With its abundance of lakes, rivers, and wild forests, Minnesota is famous for its natural beauty and rich history. Minnesota is the 12th largest state in the United States. To the north lies the Canadian border, Wisconsin and Lake Superior to the east, and the Dakotas to the west.
The state is full of unique attractions, historic towns, untouched forests, rolling hills, prairies, and, of course, countless freshwater lakes. People make road trips in Minnesota to indulge in excellent hiking, mountain biking, or camping in a terrific state or national park.
People come for good food, small-town living, and to spend time among the state’s natural wonders and historical or art centers.
I recently spent some time in Minnesota, driving through the state’s incredible scenic byways and checking out some of the best attractions. I had a great time and wanted to share the best Minnesota road trips.
What We Cover
- Best Road Trips in Minnesota to Take
- 1. North Shore Scenic Drive
- 2. The Gunflint Trail National Scenic Byway
- 3. Minnesota Waterfalls
- 4. Great River Road Scenic Byway
- 5. Lake Mille Lacs Scenic Byway
- 6. Haunted Minnesota Road Trip
- 7. Bluff Country Byway
- 8. Christmas Towns in Minnesota
- 9. Minnesota State Parks
- 10. Sunflower Farms
- 11. Wine Trails
Best Road Trips in Minnesota to Take
1. North Shore Scenic Drive
Minnesota’s North Shore is a popular destination for locals and tourists alike. This All-American Road runs along the Lake Superior shoreline from Duluth, up to Grand Portage. Along this 145-mile scenic route on Highway 61 are acres upon acres of untouched forest, charming small towns, and breathtaking parks.
This road trip will start in the underrated city of Duluth in Northern Minnesota. Duluth is one of Minnesota’s largest cities, home to a bustling downtown and port, quiet lakeside neighborhoods, shops, bars, pubs, breweries, and some of the best restaurants in Minnesota.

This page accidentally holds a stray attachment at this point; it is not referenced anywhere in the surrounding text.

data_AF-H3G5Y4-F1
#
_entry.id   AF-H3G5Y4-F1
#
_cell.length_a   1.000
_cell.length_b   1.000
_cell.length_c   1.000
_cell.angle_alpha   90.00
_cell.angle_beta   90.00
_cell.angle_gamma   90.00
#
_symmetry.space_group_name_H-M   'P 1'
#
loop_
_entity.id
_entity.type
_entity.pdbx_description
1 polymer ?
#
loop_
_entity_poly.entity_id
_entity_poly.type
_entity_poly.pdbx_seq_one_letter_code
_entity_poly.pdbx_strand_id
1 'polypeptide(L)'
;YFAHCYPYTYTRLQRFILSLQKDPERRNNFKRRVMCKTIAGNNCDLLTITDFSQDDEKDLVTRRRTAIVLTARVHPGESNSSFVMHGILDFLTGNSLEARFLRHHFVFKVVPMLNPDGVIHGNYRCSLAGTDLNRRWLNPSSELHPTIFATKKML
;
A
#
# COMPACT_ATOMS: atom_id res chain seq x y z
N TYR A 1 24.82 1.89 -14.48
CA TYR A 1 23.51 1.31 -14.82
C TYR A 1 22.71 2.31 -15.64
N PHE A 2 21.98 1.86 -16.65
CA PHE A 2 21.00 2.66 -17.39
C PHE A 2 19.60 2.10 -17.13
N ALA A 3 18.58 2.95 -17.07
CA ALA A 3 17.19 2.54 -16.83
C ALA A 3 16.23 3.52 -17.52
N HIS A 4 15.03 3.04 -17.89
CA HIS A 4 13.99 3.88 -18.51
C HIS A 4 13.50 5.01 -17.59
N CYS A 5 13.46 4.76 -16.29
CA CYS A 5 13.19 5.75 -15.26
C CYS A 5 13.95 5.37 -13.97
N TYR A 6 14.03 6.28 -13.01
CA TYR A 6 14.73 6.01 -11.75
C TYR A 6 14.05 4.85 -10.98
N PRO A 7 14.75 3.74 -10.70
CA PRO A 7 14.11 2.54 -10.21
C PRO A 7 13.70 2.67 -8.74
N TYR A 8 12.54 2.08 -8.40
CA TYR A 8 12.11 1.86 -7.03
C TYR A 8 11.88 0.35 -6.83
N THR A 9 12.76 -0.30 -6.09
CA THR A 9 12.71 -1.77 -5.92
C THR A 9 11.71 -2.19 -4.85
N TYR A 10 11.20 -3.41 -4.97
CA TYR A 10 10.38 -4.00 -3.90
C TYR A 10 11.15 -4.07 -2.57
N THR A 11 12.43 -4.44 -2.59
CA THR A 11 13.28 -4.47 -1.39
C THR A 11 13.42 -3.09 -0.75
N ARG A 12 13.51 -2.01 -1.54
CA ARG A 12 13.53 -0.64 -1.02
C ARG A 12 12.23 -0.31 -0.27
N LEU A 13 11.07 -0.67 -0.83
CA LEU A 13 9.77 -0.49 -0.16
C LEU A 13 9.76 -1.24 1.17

Here, you can check out Lake Superior fish and wildlife at the Great Lakes Aquarium or the Lake Superior Zoo, or take a dinner cruise on the lake.
Plus, there are plenty of parks and hiking trails scattered throughout the city to enjoy. Once you’ve filled Duluth, hop in the car and head north on the North Shore Scenic Drive.
This route will take you along the craggy beaches of Lake Superior, through Lutsen, Grand Marais, and Grand Portage. These towns are known for their access to outdoor adventures, from mountain biking and fishing in the summer to skiing and snowmobiling in the wintertime.
Stop at Grand Marais to experience and explore the cliffs, lakes, and wilderness present in the beautiful Superior National Forest. This magical woodland area has several waterfalls, smaller inland lakes, and some breathtaking vistas I thoroughly enjoyed. It is open to campers, ice fishing, and outdoor sports enthusiasts year-round.
Grand Marais is also a hotspot of artists, galleries, and workshops. Unique restaurants and coffee shops offer a variety of tasty cuisine and live entertainment, and plays can be seen at the Grand Marais Playhouse.
This glorious waterfall is 120 feet tall and is managed by the state and the Grand Portage Band of Ojibwe. To get the most out of this magnificent drive, I recommend taking this road trip between mid-September and the end of October to enjoy the fall colors.
See Related: Fun Things to do in Cottage Grove, MN
2. The Gunflint Trail National Scenic Byway
Just off the North Shore Scenic Drive is the Gunflint Trail, a 63-mile long, two-lane highway that cuts through the Superior National Forest. It has been in operation since 1884 and has a fascinating history.
To access the Gunflint Trail or County Road 12, hop on Highway 61 in Grand Marais and head northwest. Along the way, you’ll drive through rolling hills and catch glimpses of untouched deciduous forests through your car windows.
Although there aren’t any towns or cities along the Gunflint Trail, there are numerous campgrounds, boat ramps, and hiking trails for exploring and wildlife watching.
The trip will take you to the Canadian border at Saganaga Landing. The Chik-Wauk Museum and Nature Center is a great place to stop and stretch your legs. I loved this museum.
Here, you can view a variety of interactive and interpretive displays, including canoe-making demonstrations, lectures, foraging courses, and learn about the history of the land.
See Related: Things to Do in Bemidji, Minnesota
3. Minnesota Waterfalls
Some of the most beautiful waterfalls in the world can be found along the shoreline of Minnesota. Luckily, a straight-shot road trip can take you to many of them in only 3 hours, with plenty of hiking trails and camping spots.
This road trip kicks off in Two Harbors at Gooseberry Falls State Park. Here, an easy 3-mile looping hiking trail will take you to three wide falls on the Gooseberry River. There is a lovely footbridge that hangs over the Gooseberry River and offers lovely views of the water, the falls, and the forest.
From here, take MN-61 North and drive along the shoreline towards Silver Bay and Tettegouche State Park. On the way, stop at Split Rock Lighthouse, a historic lighthouse built in 1910.